Those old-world charms have faded, and a celebration of unity has given way to displays of wealth. Even the simple beauty of the floral carpet that the kids made has become a distant memory.
In my younger days, I remember kids searching for flowers in paddy fields and hillsides after school or at dawn. Nowadays, flowers are grown far away, like in Gundlupet.
Despite having the same amount of time in a day, we are always in a rush, and children are losing the joy of simple pleasures as they chase material dreams – theirs as well as their parents!
Living abroad, I have noticed how the spirit of traditional festival has spread to other parts of India and the world. Humorously, someone once said that Thrissur is no longer Kerala’s cultural capital, it’s Dubai. However, the essence of these festivals is still captured by various products, particularly beverages worth hundreds of crores that are sold during festive seasons.
But what about the excesses? We often forget the true meaning behind Onam while getting caught up in TV commercials and ads.
Celebrating the generosity of King Mahabali, who offered his head for Lord Vishnu to step on, has become a shopping spree. Shops of all kinds cash in during the Onam season, from textiles to electronics.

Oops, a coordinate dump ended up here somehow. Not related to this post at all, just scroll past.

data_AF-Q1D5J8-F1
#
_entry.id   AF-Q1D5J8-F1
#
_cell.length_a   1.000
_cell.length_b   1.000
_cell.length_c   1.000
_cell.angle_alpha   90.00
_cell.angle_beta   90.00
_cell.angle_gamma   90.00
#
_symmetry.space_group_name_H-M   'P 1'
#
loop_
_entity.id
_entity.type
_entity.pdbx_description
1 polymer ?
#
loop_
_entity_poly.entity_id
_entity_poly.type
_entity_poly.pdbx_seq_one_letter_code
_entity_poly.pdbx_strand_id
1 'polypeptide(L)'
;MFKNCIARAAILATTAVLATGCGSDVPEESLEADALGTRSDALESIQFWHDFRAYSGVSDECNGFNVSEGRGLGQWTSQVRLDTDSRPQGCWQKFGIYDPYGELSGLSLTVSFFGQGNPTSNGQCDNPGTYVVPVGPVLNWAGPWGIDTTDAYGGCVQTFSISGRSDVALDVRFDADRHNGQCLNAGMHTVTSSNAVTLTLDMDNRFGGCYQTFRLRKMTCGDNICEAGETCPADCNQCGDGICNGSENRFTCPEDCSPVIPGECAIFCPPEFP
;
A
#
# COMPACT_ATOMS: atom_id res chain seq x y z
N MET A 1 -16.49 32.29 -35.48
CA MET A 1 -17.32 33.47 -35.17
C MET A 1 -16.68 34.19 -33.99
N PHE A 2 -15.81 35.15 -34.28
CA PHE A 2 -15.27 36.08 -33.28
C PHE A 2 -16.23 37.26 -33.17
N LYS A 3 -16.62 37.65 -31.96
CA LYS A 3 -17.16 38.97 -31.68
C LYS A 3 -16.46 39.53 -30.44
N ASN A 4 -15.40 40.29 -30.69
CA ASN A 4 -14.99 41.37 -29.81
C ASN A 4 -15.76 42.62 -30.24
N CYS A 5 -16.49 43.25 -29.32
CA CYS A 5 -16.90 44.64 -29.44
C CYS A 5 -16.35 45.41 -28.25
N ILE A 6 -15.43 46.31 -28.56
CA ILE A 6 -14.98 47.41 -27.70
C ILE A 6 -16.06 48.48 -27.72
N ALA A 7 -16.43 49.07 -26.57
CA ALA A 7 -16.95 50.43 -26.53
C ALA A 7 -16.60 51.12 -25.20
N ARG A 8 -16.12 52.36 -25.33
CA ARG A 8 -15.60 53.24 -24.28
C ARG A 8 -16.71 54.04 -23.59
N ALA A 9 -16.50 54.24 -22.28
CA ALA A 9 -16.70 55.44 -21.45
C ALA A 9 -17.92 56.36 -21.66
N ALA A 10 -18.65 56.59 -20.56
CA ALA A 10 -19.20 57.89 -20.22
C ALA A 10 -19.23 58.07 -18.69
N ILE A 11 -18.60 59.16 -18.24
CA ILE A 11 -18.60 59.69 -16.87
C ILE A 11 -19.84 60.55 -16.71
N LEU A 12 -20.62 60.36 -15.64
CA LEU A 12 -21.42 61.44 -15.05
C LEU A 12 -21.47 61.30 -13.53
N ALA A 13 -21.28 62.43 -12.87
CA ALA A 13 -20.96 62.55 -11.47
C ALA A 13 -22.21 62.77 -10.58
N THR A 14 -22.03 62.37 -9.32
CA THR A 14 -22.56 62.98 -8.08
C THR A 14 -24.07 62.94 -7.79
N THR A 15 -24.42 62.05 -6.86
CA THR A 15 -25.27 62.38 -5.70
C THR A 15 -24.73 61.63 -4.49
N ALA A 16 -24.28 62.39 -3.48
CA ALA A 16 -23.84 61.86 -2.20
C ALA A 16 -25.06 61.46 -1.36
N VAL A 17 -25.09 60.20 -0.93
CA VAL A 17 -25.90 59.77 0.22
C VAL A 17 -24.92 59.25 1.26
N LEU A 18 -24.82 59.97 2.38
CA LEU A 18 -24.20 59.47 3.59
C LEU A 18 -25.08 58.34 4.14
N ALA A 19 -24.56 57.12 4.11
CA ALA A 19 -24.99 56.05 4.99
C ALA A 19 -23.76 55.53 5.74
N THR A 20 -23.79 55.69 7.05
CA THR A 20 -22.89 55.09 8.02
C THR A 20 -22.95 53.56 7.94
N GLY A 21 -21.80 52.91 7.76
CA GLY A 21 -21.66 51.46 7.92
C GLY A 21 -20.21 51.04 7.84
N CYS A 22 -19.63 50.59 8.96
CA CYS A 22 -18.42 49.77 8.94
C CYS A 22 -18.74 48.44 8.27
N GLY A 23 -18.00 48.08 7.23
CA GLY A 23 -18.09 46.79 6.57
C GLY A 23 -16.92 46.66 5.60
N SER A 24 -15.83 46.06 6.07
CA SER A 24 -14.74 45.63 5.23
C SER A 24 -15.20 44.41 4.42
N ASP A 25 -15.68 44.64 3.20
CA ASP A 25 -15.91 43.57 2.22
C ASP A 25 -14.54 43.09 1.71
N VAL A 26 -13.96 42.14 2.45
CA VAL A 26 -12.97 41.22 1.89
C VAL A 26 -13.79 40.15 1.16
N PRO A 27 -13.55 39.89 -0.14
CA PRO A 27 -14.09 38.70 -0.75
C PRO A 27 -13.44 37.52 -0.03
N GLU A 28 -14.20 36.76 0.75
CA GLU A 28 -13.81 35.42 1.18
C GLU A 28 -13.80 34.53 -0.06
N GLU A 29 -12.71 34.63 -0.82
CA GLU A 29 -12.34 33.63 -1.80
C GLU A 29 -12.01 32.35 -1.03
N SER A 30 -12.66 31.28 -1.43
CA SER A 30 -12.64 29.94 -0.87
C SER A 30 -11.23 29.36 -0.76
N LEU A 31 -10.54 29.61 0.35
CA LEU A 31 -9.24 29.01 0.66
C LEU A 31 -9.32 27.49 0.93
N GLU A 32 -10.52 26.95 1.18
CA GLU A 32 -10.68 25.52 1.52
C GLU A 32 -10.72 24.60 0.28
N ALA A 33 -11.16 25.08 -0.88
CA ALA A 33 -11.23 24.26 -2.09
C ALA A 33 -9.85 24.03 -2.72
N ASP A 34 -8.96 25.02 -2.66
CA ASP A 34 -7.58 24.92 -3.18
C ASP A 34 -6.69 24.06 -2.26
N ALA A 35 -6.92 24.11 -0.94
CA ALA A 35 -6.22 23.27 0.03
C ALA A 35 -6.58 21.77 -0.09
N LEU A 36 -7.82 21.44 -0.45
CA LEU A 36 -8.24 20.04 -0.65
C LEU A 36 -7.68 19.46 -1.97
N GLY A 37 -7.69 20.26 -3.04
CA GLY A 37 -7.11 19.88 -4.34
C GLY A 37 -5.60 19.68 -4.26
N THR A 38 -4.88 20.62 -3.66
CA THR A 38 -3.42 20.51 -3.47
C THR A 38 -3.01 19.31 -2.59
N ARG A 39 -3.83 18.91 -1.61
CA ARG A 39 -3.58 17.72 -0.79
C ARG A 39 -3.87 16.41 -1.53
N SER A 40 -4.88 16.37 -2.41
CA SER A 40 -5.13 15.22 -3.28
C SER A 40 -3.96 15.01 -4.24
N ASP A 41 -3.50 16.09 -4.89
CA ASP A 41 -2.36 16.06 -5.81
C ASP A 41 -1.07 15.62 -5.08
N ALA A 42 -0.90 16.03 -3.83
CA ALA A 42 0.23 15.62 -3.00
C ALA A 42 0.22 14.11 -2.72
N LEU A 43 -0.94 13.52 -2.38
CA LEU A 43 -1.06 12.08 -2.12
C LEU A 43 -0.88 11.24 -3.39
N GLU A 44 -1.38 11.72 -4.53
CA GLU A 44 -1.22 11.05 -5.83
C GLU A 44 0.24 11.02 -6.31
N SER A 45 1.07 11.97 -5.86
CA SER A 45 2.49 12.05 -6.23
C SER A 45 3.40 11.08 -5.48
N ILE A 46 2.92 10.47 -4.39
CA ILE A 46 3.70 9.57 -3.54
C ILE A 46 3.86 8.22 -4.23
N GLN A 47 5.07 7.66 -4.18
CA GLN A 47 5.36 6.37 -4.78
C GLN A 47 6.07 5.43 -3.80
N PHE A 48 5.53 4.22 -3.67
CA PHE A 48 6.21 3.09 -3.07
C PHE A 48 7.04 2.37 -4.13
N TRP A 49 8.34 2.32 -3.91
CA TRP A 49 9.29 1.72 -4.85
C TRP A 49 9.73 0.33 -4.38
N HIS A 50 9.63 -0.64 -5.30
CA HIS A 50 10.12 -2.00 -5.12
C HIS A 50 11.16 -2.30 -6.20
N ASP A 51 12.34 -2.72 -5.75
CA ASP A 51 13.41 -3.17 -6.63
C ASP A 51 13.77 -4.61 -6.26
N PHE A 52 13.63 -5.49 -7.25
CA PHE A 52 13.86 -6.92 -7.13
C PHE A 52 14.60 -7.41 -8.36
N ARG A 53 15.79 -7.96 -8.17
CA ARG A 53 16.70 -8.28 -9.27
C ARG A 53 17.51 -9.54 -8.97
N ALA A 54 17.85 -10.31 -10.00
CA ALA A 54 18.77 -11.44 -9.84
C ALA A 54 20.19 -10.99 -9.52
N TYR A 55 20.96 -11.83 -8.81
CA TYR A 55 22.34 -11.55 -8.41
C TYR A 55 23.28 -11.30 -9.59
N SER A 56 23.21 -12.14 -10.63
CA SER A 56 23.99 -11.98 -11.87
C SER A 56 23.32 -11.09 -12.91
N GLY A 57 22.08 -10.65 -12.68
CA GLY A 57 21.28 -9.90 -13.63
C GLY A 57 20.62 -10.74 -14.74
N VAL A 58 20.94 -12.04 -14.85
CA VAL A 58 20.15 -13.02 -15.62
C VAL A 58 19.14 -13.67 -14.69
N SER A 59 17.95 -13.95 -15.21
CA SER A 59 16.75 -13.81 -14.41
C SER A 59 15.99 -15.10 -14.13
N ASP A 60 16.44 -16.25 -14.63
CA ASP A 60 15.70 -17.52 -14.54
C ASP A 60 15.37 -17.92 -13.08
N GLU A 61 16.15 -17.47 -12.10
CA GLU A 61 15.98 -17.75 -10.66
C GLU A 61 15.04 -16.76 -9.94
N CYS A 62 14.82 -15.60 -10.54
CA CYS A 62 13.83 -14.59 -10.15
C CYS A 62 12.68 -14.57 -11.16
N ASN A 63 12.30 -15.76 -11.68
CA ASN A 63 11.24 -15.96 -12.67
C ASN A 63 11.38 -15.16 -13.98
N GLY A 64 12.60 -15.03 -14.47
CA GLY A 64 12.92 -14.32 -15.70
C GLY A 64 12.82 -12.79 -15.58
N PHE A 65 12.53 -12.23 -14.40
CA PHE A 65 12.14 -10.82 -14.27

Have you ever remembered the local shop from where your dad used to buy simple garments?
For me, someone who values celebrations that highlight humanity’s importance, Onam should return to its roots of simple household festivities that bring neighborhoods together. Instead of spending lavishly, we could use some of that money to help those in need. This change would honour the benevolence of King Mahabali, who humbly placed his head for Vamana’s foot.
It is essential to preserve the heartfelt tale of a king who lived for others’ happiness and equality, as there are efforts to create counter narratives for Onam as well. So, let us allow stories of love and humanity to guide us in celebrating festivals with local flair and a global perspective on love.